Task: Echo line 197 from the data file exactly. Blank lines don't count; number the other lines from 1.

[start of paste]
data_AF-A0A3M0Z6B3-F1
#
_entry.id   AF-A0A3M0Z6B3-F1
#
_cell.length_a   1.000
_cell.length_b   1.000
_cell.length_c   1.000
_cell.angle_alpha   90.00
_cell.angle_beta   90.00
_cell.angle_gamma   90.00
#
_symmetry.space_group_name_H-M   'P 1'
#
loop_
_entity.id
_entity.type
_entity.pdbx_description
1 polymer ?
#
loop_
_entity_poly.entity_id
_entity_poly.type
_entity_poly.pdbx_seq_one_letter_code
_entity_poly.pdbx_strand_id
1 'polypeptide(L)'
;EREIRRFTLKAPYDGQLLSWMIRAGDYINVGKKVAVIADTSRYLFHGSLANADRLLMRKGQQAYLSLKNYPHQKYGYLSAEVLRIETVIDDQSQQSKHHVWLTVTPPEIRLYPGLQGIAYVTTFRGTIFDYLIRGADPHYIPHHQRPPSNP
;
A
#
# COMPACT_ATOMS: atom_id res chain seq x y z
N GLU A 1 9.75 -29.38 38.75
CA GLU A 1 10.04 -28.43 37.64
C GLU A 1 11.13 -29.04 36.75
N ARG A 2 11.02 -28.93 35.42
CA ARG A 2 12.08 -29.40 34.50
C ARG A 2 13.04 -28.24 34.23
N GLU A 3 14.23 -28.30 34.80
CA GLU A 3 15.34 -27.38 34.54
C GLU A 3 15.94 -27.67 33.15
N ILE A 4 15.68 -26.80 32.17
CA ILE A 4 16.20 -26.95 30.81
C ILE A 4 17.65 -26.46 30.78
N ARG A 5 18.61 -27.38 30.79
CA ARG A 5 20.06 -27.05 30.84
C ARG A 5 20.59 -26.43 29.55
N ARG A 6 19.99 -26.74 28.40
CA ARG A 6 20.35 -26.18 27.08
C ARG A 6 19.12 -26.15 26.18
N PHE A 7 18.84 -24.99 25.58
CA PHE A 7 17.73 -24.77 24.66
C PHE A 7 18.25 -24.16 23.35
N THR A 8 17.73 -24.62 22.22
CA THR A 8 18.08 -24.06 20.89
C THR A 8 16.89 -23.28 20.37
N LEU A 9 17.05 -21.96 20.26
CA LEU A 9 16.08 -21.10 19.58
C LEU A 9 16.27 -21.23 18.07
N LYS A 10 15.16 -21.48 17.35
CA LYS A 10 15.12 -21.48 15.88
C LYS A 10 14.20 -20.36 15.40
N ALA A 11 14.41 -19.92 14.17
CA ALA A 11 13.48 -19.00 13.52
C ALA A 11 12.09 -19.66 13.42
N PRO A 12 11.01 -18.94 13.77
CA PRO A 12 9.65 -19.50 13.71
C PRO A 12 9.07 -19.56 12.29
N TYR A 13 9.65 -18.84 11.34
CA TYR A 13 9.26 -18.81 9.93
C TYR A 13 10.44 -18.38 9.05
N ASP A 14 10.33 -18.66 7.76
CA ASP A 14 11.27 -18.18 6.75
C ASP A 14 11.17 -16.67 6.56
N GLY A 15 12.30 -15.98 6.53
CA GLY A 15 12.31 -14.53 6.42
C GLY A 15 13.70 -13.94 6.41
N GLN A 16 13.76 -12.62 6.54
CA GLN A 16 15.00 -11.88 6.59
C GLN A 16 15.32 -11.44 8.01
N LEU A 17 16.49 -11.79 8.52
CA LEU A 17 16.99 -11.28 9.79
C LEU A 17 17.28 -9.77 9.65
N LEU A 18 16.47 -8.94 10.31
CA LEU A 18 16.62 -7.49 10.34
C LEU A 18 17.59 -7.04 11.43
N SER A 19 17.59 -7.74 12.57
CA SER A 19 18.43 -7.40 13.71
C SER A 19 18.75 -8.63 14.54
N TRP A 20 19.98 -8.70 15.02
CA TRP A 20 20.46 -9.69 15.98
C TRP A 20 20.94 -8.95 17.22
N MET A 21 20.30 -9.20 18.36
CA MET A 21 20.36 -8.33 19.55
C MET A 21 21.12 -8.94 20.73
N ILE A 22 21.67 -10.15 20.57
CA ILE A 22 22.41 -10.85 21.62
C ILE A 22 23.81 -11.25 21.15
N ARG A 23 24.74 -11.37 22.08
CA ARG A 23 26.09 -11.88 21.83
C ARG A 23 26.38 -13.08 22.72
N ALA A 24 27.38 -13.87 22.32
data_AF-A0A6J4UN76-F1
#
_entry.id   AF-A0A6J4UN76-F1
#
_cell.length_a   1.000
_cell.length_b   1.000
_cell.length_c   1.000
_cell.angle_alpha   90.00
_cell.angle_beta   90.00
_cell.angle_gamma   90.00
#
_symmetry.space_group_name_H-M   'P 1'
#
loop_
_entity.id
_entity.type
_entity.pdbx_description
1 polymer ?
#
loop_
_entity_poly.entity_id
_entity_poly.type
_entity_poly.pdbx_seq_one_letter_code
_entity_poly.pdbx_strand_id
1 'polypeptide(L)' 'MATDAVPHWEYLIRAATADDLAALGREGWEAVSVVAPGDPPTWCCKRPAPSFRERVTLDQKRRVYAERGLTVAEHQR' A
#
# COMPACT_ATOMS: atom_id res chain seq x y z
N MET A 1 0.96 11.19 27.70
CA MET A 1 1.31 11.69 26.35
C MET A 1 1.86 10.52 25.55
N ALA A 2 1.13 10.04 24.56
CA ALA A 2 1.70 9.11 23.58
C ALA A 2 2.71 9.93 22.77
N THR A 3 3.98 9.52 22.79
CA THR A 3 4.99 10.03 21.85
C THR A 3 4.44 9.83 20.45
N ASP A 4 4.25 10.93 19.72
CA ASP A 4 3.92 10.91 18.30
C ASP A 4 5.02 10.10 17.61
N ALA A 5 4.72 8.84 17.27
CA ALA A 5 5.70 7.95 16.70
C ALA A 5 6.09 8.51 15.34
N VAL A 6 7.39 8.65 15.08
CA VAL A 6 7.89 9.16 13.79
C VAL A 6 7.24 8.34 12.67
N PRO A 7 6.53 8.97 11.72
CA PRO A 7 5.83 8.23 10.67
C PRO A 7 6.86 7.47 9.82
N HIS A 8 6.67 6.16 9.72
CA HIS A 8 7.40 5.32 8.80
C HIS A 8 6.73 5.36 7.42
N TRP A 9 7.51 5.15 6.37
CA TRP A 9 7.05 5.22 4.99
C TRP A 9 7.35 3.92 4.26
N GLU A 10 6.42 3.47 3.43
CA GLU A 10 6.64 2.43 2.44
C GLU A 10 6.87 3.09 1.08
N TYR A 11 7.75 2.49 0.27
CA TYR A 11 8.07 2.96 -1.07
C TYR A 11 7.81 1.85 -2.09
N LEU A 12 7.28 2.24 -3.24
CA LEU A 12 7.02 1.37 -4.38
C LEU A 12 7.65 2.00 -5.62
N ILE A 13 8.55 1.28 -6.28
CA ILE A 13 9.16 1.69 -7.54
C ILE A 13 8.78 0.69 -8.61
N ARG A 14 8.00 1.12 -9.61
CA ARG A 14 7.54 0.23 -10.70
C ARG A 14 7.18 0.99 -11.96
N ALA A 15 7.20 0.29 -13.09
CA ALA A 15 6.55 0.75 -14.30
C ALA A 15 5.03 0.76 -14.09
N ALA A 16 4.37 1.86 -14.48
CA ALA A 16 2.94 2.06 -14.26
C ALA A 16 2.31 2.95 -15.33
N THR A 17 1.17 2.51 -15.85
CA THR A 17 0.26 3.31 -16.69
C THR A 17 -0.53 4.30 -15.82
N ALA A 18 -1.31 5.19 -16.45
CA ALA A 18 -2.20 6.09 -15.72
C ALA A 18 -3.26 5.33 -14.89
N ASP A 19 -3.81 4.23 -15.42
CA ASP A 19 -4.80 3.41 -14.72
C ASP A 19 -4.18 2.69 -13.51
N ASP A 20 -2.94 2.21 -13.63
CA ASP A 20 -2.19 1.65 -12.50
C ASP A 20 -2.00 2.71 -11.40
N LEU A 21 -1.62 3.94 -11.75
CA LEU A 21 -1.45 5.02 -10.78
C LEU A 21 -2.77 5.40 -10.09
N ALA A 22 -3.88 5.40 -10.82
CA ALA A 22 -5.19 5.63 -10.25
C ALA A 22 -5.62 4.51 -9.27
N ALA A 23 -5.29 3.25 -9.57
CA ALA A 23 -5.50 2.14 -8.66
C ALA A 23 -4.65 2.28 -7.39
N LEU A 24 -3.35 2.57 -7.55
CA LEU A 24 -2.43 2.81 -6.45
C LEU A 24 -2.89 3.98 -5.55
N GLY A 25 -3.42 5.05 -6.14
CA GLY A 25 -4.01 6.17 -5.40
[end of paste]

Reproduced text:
N LEU A 24 -3.35 2.57 -7.55